Megan Roberts of Local 3 News was recently promoted to News Director for Chattanooga’s NBC affiliate, WRCB-TV. She previously served as their assistant news director for nearly two years, after having first joined WRCB-TV back in 2013 as a producer, later leading their morning newscasts as senior producer. She also served as a News Producer for WSMV-TV in Nashville, Tennessee. In 2017, she returned to Chattanooga and to Local 3 News as an Executive Producer.
Roberts also worked at WBRC-TV in Birmingham, producing both their morning and evening newscasts. Originally from Anniston, Alabama, she earned her degree in mass communications from Jacksonville State University. An avid hiker, Roberts currently serves on the Board of Directors for the Pet Placement Center of Chattanooga.
TREND: How’d you end up in journalism?
The journalism seed was planted for me on September 11, 2001. Prior to that, I worked on the broadcast team at school, but 9/11 was my first major news event and I remember the day so clearly. I sat in front of the TV all day watching the news. I was still young but I can remember thinking, what an important job that felt like and how much responsibility it held. I started college pursuing a nursing degree (and not doing very well) when a friend suggested journalism. I started classes and it just felt right. I loved it. I started loving it even more once I got into a buzzing, vibrant newsroom.
TREND: Many people perceive TV journalism as glamorous. What would you say are the best and worst parts of your job?
The best part, hands down, is the privilege of telling people’s stories and giving a voice to someone who might not otherwise have that opportunity–whether that be to right a wrong or to hold a person or an organization accountable. We all have unique life experiences and the stories we tell can be a learning opportunity for anyone. The worst part is that we sometimes bear witness to a person’s rock bottom. It can be really challenging not to take those sad days home. Any journalist will tell you, there are certain stories that stick with them forever.
TREND: What is your Newsroom’s process for putting together stories for the day/week?
The newsroom is a 24/7 operation, so there are several shifts and meetings throughout the day to determine coverage. We have some really fantastic assignment editors who keep a calendar of big stories/events that are happening each day. We use that as our guide, as well as relying on viewers who send in tips and story ideas. Intentional journalism is really important to our newsroom, so we have a lot of great conversations together around what stories we’re covering and why.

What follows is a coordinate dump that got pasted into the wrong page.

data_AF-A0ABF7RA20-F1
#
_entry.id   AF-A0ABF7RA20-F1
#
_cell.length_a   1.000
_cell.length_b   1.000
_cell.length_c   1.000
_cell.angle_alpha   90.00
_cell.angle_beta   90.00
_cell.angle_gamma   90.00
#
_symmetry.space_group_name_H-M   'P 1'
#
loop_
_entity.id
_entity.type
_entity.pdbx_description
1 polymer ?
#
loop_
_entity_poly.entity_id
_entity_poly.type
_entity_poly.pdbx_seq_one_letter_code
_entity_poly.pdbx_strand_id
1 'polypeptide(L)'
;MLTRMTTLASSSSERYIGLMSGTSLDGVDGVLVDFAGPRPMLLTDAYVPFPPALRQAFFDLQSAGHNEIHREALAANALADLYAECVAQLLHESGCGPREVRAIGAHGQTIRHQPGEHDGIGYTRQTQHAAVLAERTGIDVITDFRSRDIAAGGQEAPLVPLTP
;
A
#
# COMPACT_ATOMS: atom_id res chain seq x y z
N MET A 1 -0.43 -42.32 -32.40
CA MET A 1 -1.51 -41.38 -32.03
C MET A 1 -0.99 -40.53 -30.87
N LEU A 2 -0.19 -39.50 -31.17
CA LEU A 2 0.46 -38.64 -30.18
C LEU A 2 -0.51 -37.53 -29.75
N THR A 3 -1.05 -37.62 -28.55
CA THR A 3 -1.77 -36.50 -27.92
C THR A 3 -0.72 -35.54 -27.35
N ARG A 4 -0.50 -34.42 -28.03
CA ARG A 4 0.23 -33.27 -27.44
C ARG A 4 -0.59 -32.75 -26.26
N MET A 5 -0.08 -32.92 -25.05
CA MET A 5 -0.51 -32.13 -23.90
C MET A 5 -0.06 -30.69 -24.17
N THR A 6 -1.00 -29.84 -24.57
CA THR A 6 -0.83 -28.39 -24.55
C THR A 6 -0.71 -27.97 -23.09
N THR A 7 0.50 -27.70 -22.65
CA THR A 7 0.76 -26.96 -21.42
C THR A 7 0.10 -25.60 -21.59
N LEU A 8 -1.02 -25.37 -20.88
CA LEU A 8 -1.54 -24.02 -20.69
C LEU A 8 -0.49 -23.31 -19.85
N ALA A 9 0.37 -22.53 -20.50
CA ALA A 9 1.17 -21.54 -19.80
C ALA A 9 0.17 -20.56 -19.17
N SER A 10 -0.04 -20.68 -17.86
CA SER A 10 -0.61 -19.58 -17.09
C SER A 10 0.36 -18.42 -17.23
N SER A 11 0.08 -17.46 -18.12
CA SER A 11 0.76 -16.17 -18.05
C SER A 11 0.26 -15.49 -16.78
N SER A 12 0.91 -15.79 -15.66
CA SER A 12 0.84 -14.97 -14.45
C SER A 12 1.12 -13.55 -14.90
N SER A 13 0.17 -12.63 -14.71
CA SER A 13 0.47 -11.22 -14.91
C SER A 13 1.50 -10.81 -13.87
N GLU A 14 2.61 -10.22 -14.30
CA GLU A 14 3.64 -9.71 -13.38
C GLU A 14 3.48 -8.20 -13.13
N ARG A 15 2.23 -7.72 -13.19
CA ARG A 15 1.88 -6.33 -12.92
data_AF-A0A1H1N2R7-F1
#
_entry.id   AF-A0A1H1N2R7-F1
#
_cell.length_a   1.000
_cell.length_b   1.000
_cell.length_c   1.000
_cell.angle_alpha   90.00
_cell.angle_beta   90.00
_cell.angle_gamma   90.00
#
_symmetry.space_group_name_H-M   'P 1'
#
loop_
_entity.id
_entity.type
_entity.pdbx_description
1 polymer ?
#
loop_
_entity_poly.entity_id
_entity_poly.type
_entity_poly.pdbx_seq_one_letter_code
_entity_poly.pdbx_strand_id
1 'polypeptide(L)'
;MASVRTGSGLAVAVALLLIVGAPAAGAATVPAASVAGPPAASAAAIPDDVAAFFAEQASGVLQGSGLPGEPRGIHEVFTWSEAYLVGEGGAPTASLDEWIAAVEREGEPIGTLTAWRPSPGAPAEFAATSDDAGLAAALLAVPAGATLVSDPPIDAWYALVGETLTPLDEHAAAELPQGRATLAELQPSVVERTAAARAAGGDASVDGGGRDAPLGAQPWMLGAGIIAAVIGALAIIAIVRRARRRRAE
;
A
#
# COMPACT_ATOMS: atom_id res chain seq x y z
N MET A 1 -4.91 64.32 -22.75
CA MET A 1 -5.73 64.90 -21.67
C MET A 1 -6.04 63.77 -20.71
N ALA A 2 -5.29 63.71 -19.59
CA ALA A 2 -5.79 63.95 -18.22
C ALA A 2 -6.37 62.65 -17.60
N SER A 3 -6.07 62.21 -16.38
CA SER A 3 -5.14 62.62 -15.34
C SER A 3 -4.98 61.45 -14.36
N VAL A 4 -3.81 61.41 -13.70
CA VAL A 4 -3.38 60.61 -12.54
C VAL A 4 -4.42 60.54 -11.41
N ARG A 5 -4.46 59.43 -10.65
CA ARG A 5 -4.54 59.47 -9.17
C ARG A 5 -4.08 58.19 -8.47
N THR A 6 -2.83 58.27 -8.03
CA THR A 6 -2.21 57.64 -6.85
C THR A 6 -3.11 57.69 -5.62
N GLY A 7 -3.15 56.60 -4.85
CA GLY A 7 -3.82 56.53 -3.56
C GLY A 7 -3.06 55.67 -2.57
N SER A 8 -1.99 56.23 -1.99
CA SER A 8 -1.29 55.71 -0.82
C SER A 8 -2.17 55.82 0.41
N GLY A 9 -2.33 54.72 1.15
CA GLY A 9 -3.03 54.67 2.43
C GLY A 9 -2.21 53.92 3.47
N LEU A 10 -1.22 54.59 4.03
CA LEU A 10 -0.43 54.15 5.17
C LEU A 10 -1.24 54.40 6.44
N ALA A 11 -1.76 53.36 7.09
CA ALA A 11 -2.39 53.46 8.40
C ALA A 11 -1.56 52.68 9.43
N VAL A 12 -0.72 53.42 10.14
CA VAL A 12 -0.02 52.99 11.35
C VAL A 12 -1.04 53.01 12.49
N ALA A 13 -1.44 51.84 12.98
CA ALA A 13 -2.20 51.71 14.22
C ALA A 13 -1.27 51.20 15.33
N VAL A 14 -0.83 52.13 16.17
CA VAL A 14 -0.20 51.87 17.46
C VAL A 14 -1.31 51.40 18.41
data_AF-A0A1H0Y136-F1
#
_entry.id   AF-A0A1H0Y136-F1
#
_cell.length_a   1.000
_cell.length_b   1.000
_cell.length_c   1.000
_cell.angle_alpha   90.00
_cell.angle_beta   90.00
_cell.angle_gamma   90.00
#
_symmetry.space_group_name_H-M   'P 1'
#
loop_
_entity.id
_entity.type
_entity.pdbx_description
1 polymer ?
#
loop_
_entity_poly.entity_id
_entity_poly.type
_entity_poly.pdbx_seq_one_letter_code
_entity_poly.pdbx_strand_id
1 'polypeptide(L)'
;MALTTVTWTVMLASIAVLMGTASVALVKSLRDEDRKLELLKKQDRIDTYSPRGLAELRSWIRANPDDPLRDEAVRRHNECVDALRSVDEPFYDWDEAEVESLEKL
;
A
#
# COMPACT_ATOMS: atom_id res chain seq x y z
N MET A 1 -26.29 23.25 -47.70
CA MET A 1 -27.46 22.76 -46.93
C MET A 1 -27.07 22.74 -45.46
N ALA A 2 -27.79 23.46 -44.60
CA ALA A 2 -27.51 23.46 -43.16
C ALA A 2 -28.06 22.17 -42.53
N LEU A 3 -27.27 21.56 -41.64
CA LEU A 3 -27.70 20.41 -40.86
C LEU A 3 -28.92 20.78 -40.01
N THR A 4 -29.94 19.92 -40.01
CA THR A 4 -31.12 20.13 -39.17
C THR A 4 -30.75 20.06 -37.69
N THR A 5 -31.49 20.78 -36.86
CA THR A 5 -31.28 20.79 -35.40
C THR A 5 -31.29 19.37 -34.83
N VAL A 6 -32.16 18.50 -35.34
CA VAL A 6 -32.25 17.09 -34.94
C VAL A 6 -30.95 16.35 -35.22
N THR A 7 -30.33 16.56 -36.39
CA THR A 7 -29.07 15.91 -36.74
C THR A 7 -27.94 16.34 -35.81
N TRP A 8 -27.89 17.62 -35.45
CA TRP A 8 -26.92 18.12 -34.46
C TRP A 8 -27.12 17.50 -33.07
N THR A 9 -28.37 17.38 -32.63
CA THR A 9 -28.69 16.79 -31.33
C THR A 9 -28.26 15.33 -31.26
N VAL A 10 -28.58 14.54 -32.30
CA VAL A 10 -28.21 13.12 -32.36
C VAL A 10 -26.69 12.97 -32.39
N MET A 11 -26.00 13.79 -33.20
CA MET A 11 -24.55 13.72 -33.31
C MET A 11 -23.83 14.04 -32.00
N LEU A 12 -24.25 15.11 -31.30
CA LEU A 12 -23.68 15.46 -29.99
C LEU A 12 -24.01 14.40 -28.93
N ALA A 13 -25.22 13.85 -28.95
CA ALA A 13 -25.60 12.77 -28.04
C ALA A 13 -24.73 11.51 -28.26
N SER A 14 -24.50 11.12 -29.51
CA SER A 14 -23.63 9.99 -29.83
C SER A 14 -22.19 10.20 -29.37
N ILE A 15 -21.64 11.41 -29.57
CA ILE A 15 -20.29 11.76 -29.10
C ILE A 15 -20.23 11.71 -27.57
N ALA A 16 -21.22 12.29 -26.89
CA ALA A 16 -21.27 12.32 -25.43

TREND: What are some of the most impactful stories you get to work on?
This is a hard one! It’s rewarding to me when we can humanize a topic that’s perceived as taboo, such as addiction or incarceration. I love being able to offer up a different lens that someone may not have had access to before. It’s been my experience that people sometimes forget how these types of situations affect entire families, not just one person.
TREND: Has the field of journalism changed since you first started out in it?
So. Much. In about a million different ways. But I would imagine journalists before me also said that when I first got into the field. Social media has really challenged all of us working in this profession: It can be tempting to want to publish a story as quickly as possible, but it’s more important to be truthful and accurate. That can be a hard balance sometimes.
TREND: What drew you to Chattanooga?
The outdoors! I’m from a small town in Alabama and followed a childhood friend here after college for a change. We used to visit often for day trips, and I was smitten with Chattanooga from the beginning. Chattanooga is so quaint and has so much to offer–without the headaches of bigger cities (I’m sure our day will come, ha!). I love all of the outdoor access, community, and brewery/restaurant options. And it’s also pretty cool to be just two hours away from several larger cities.
TREND: How should Chattanooga-area businesses pitch Local 3 News when seeking coverage?
My feedback to anyone pitching a story is to offer up a human element, typically through an interview opportunity. For example, if there’s a new women’s center opening in downtown Chattanooga — that story will be much more impactful story if we can show our viewers who it will help.
TREND: Who are some of the folks you’ve sought out for advice along your career journey?
I’ve been fortunate to have mentors at all three of the TV stations where I’ve worked, and am still in touch with the first news director to hire me as an associate producer just before I graduated college. Now that I’m a news director myself, I’m so thankful to have her as a resource. Callie Starnes, Local 3’s general manager, has also been a wonderful mentor to me. We started working together a decade ago when I was a producer and she was a reporter. She’s a big reason I returned to Chattanooga and to Local 3 News. And finally, I don’t know Jill Geisler personally but she’s a journalism professional who I very much respect and admire because she values diversity, inclusion, and a people-driven approach to leadership. On several occasions, she’s graciously responded to my questions over social media with helpful advice.
TREND: What’s the best professional advice you could give to a younger journalist who’s just starting to look around for an opportunity?
1) Establish your “why.” Why did you sign up for this? There’ll be some long, hard days where you want to throw in the towel. Returning to your “why” during those moments will be so important. 2) Stay curious. I’ve been in the business for more than a decade and am still learning every day. And, 3) Remember it’s possible to be both a journalist AND a human being.
Read a previous Getting the Scoop article, here.